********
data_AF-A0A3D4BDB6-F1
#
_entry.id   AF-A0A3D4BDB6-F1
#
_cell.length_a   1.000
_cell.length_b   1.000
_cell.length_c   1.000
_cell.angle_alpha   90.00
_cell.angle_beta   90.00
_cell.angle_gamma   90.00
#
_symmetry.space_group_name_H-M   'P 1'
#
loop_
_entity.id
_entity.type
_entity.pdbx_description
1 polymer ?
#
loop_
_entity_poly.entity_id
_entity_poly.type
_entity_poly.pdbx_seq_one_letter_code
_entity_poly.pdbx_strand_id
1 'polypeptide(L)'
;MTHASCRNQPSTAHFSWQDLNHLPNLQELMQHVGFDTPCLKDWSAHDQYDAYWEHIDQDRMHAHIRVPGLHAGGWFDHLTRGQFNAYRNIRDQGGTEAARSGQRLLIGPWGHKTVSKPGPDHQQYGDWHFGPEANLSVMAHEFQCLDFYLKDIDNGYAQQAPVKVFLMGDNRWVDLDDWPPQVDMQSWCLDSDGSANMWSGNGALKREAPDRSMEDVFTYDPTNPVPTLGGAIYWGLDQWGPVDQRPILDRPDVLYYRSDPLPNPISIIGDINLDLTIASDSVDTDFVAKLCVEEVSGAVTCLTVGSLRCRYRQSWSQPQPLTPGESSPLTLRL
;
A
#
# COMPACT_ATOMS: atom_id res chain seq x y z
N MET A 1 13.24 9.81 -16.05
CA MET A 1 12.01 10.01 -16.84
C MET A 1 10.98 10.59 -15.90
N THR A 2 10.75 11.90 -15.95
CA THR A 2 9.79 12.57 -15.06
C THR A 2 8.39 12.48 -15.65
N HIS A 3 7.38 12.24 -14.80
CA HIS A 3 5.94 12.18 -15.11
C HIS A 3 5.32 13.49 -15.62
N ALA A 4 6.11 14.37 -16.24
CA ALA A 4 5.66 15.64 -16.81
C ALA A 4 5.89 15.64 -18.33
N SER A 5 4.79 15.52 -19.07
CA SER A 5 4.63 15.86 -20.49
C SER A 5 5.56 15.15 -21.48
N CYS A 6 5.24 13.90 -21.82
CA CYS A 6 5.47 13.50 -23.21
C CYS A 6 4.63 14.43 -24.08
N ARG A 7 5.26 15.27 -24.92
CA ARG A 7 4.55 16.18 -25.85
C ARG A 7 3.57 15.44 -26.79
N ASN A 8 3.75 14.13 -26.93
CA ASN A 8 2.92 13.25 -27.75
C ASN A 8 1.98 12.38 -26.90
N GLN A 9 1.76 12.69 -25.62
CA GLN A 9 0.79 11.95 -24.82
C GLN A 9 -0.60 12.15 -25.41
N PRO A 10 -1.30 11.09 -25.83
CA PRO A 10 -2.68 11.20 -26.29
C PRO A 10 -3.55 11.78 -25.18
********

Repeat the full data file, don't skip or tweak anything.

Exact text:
data_AF-A0A3D4BDB6-F1
#
_entry.id   AF-A0A3D4BDB6-F1
#
_cell.length_a   1.000
_cell.length_b   1.000
_cell.length_c   1.000
_cell.angle_alpha   90.00
_cell.angle_beta   90.00
_cell.angle_gamma   90.00
#
_symmetry.space_group_name_H-M   'P 1'
#
loop_
_entity.id
_entity.type
_entity.pdbx_description
1 polymer ?
#
loop_
_entity_poly.entity_id
_entity_poly.type
_entity_poly.pdbx_seq_one_letter_code
_entity_poly.pdbx_strand_id
1 'polypeptide(L)'
;MTHASCRNQPSTAHFSWQDLNHLPNLQELMQHVGFDTPCLKDWSAHDQYDAYWEHIDQDRMHAHIRVPGLHAGGWFDHLTRGQFNAYRNIRDQGGTEAARSGQRLLIGPWGHKTVSKPGPDHQQYGDWHFGPEANLSVMAHEFQCLDFYLKDIDNGYAQQAPVKVFLMGDNRWVDLDDWPPQVDMQSWCLDSDGSANMWSGNGALKREAPDRSMEDVFTYDPTNPVPTLGGAIYWGLDQWGPVDQRPILDRPDVLYYRSDPLPNPISIIGDINLDLTIASDSVDTDFVAKLCVEEVSGAVTCLTVGSLRCRYRQSWSQPQPLTPGESSPLTLRL
;
A
#
# COMPACT_ATOMS: atom_id res chain seq x y z
N MET A 1 13.24 9.81 -16.05
CA MET A 1 12.01 10.01 -16.84
C MET A 1 10.98 10.59 -15.90
N THR A 2 10.75 11.90 -15.95
CA THR A 2 9.79 12.57 -15.06
C THR A 2 8.39 12.48 -15.65
N HIS A 3 7.38 12.24 -14.80
CA HIS A 3 5.94 12.18 -15.11
C HIS A 3 5.32 13.49 -15.62
N ALA A 4 6.11 14.37 -16.24
CA ALA A 4 5.66 15.64 -16.81
C ALA A 4 5.89 15.64 -18.33
N SER A 5 4.79 15.52 -19.07
CA SER A 5 4.63 15.86 -20.49
C SER A 5 5.56 15.15 -21.48
N CYS A 6 5.24 13.90 -21.82
CA CYS A 6 5.47 13.50 -23.21
C CYS A 6 4.63 14.43 -24.08
N ARG A 7 5.26 15.27 -24.92
CA ARG A 7 4.55 16.18 -25.85
C ARG A 7 3.57 15.44 -26.79
N ASN A 8 3.75 14.13 -26.93
CA ASN A 8 2.92 13.25 -27.75
C ASN A 8 1.98 12.38 -26.90
N GLN A 9 1.76 12.69 -25.62
CA GLN A 9 0.79 11.95 -24.82
C GLN A 9 -0.60 12.15 -25.41
N PRO A 10 -1.30 11.09 -25.83
CA PRO A 10 -2.68 11.20 -26.29
C PRO A 10 -3.55 11.78 -25.18